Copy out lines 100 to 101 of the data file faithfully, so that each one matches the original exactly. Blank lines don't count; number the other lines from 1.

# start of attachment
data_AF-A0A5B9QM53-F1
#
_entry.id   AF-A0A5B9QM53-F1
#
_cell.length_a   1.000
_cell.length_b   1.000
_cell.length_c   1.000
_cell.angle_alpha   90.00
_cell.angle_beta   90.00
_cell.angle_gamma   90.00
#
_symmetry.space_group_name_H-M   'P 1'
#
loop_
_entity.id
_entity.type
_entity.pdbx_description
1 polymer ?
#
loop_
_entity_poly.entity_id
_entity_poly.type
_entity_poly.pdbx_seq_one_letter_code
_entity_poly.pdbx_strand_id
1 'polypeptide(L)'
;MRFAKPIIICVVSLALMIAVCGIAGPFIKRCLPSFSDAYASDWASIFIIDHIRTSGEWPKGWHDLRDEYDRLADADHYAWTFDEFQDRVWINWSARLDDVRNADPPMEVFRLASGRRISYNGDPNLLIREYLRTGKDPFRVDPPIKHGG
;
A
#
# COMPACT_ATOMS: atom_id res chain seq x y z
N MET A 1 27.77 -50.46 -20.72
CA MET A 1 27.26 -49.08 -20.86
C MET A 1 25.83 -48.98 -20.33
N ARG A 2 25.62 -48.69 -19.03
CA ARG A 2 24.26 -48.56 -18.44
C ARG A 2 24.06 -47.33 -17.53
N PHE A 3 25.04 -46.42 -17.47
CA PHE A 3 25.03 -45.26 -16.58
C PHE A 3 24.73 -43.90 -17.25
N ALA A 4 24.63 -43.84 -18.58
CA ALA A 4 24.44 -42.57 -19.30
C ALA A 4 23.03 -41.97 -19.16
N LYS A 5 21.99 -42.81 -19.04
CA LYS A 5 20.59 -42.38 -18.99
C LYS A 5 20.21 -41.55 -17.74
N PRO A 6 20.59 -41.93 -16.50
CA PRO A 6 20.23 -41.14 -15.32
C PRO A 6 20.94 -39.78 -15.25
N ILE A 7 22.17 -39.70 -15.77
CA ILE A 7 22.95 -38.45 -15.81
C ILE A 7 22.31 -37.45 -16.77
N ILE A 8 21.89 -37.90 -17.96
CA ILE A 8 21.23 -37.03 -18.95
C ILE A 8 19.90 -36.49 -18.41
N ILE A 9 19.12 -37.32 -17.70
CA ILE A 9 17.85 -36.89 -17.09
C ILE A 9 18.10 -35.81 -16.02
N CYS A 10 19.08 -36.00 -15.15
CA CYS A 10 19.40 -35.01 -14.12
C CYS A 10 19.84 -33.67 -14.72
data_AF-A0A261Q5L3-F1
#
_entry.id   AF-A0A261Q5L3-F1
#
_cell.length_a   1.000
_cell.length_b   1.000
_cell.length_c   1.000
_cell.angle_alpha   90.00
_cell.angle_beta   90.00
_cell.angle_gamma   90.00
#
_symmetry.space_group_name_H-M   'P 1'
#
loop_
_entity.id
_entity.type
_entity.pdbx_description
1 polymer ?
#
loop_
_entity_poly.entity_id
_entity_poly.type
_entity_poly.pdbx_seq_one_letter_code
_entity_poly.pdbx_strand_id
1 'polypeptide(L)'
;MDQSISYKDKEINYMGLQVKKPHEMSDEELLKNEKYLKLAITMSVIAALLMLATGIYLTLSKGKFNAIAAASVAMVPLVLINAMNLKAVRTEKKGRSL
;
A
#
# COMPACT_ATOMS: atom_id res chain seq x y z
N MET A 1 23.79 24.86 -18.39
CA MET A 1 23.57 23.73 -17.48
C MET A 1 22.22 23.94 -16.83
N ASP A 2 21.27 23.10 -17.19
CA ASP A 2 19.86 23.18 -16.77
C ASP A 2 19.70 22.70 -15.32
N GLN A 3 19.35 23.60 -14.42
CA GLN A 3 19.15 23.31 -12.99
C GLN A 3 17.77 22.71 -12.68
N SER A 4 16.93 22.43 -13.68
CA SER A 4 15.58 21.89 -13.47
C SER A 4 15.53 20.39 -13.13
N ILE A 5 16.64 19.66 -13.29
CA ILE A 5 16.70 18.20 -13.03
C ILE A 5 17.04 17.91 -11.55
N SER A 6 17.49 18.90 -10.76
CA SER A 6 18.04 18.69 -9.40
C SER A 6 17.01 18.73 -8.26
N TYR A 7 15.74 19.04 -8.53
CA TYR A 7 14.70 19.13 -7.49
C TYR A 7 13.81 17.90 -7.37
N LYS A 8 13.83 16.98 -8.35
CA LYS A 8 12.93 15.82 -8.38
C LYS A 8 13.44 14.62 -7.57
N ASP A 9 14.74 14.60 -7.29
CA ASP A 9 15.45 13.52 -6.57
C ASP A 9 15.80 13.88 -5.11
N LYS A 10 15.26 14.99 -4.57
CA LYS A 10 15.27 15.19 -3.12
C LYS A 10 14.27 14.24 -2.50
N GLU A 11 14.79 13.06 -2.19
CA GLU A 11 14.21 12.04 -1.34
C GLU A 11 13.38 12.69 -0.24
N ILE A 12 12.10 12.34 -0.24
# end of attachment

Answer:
N SER A 4 16.93 22.43 -13.68
CA SER A 4 15.58 21.89 -13.47